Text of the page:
https://docs.google.com/open?id=0B8Bg9eVVQhaYUERVbWFTdEN1TGM

Get in V-Carve or other CAM software and load this file

I'm going to assume that you know how to use V-Carve, and just explain what you'll be doing in V-carve, not how.

All of the pictures show what the illustrator file will look like:


Set up 3 passes in V-Carve using a .25" bit for cutting wood.

Pass 1: Drilling pass

Select all the ¼” holes, drill them .125” (1/8”) deep.
These will mark where you put nails for hold downs, and where you put nails for assembly. You will pause after this pass is complete and add plastic nails for hold down if you don’t’ have a better system.

Pass 2: Pocket Pass:

Pick the 2 large holes in each of the side pieces, Pocket them out to a depth of .5” (1/2”)
These will be where you put in your Rope Handles.

Pass 3: Profile Pass:

Pick all the rest of the geometry, which should be the outlines of the boxes. Cut this Full Depth  .5” (1/2”). Be sure to add plenty of tabs, including tabs of both sides of the material where the router cuts away all wood between the two pieces. See the2nd  image below for an example of how I added the tabs. You'll notice that I added WAY too many tabs compared to what is recommended. This is because I kept having issue with pieces shifting as they got cut out, due to how little waste wood I have in the design. I used the default 3d tables V-carve recommended

Note the 2nd picture below with an example of how I laid out my tabs to prevent movement of the piece. it's a lot more than normal because I kept having issues with it slipping.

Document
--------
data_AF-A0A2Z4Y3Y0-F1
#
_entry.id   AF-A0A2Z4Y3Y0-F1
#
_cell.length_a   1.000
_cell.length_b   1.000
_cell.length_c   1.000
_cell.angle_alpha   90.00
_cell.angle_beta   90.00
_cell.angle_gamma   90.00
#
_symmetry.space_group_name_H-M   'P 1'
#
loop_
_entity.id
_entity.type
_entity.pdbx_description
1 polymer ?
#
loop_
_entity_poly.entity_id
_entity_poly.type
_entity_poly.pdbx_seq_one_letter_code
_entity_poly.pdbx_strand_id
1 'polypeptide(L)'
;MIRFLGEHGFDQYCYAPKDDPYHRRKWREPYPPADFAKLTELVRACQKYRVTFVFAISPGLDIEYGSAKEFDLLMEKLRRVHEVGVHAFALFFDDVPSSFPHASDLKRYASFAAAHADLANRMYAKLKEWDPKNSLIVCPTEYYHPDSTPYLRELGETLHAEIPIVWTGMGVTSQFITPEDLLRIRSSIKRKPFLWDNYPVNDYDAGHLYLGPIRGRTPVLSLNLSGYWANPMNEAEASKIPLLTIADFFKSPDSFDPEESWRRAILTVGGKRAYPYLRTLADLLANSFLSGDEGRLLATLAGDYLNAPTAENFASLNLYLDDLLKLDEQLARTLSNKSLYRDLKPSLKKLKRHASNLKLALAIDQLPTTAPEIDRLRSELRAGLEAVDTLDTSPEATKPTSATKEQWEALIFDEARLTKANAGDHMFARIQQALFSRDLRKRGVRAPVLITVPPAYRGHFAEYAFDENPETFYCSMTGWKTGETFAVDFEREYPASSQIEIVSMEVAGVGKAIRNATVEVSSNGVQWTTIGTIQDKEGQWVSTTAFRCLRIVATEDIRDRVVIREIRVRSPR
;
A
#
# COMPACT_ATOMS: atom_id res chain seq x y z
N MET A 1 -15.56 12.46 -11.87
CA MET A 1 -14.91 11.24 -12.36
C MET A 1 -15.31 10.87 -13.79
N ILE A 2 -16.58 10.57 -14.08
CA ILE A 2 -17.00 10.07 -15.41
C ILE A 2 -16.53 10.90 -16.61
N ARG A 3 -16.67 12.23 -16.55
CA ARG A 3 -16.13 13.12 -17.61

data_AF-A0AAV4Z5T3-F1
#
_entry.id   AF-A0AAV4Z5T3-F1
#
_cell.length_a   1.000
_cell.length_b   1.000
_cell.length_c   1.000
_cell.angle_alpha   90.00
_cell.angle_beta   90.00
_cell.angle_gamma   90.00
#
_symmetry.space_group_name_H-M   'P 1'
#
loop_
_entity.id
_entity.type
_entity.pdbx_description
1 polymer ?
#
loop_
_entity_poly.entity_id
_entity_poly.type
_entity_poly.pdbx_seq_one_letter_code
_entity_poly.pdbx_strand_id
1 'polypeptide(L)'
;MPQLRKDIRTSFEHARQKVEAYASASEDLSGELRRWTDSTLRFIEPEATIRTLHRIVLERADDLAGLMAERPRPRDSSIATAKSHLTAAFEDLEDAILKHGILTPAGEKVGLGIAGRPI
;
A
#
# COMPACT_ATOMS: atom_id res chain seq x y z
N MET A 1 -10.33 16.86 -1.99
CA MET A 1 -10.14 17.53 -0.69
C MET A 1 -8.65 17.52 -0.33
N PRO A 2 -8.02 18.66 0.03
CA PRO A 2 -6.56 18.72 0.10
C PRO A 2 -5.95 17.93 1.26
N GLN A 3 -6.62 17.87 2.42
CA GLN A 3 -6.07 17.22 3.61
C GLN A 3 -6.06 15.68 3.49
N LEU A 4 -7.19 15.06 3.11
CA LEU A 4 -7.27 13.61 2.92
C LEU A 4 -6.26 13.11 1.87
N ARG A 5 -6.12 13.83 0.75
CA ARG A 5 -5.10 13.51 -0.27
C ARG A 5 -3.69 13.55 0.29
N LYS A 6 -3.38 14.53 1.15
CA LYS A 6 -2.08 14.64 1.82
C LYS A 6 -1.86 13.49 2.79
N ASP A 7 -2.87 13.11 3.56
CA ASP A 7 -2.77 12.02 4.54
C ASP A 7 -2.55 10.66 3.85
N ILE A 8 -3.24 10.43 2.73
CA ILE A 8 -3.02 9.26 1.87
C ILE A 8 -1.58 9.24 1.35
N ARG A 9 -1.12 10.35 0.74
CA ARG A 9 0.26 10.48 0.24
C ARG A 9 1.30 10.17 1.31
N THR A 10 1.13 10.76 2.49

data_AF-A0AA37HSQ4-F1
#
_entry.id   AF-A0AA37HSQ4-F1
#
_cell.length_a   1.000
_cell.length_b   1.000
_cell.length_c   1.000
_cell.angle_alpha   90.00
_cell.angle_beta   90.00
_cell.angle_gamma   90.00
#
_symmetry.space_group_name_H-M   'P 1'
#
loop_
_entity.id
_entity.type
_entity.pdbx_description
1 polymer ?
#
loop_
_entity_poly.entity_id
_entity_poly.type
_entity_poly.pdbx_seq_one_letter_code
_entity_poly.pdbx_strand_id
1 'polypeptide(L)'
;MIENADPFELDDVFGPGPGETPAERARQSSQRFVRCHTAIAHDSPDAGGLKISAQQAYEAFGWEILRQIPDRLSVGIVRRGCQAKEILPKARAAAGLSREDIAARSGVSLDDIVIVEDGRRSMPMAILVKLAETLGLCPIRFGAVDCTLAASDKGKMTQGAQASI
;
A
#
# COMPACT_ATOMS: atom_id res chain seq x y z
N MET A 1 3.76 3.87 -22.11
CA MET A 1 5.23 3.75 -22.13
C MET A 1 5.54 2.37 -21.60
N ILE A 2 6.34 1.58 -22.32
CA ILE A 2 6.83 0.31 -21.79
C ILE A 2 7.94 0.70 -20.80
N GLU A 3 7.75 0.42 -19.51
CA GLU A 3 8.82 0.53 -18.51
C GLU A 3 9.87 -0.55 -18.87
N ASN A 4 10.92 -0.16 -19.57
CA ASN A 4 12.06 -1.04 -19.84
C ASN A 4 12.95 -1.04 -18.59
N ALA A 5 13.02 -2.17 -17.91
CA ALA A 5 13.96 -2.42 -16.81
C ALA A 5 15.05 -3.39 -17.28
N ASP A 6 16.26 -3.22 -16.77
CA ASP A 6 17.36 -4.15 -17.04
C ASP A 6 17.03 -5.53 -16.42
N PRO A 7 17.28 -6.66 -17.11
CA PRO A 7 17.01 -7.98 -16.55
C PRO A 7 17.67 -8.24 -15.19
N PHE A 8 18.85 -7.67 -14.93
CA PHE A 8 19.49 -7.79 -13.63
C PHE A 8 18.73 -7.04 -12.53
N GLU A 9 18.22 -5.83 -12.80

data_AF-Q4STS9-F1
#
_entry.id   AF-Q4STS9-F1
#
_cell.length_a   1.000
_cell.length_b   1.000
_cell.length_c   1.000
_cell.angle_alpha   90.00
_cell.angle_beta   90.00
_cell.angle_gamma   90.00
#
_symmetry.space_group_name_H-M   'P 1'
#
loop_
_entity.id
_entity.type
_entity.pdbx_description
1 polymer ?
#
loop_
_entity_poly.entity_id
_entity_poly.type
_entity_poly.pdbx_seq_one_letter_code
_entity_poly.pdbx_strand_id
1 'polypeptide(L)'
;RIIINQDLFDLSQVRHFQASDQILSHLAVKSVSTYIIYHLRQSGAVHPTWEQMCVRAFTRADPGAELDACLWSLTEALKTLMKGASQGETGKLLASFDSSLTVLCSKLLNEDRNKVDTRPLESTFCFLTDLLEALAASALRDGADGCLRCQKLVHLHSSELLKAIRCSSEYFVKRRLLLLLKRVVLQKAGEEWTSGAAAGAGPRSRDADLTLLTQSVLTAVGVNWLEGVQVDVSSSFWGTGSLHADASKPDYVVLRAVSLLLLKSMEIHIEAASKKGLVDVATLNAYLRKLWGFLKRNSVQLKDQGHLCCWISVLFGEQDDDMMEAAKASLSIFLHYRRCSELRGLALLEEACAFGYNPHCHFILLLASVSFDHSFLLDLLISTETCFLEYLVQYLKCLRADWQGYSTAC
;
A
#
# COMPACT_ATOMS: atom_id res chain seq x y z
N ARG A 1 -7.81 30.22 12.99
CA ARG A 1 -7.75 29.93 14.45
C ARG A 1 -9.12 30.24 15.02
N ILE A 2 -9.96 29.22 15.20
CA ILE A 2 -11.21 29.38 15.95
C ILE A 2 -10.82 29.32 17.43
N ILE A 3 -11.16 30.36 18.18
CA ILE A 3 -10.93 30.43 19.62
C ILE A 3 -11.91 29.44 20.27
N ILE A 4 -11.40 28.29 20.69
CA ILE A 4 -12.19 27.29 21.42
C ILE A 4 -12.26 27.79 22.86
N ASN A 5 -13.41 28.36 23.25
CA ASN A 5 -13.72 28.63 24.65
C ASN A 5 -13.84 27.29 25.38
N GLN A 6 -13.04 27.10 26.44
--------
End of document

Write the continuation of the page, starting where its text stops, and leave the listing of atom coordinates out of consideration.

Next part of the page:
Now save/export the passes for your CNC Router to create the CNC g-code file.

Step 2: Step 2 CNC Router Cutting

Step 2 CNC router Cutting

1st:  Zero your Z axis on your router with the top of the waste board. I used a z zero plate on our Shopbot router

Now place your wood on the shop bot with the edges of the board lined up as exactly as you can get it with the edges of the waste board that correspond to 0,0. Then Zero your X & Y axies on the router with the edges of the board.
For my shop bot I choose use Zero using Prox Switches under the Cuts command to zero it exactly on the 0,0 point of the waste board . Note you need to be extremely precise about this as the pattern has almost no waste around the edges to allow for error in this step. Thre is basicaly 1/8+ extra space on the smallest quarter sheet of plywood  I've bought so far

2nd: Load pass 3 of the G-code file and run an Air pass, to make sure everything is lined up and oriented correctly

3rd:
Load the G-code file, select pass 1 the drilling pass,  and run it, it will peck straight down and make a bunch of marks on the wood.  Pause after this is done, and use the areas marked by the dots outside of the profiles to be cut to add plastic nails to hold the sheet of plywood in place. if you look at the Picture from the previous step I have put red round rects around the places where you should put in plastic nails to hold down the wood (unless you have a better way). I basically put 1 nail at each short end of the round rects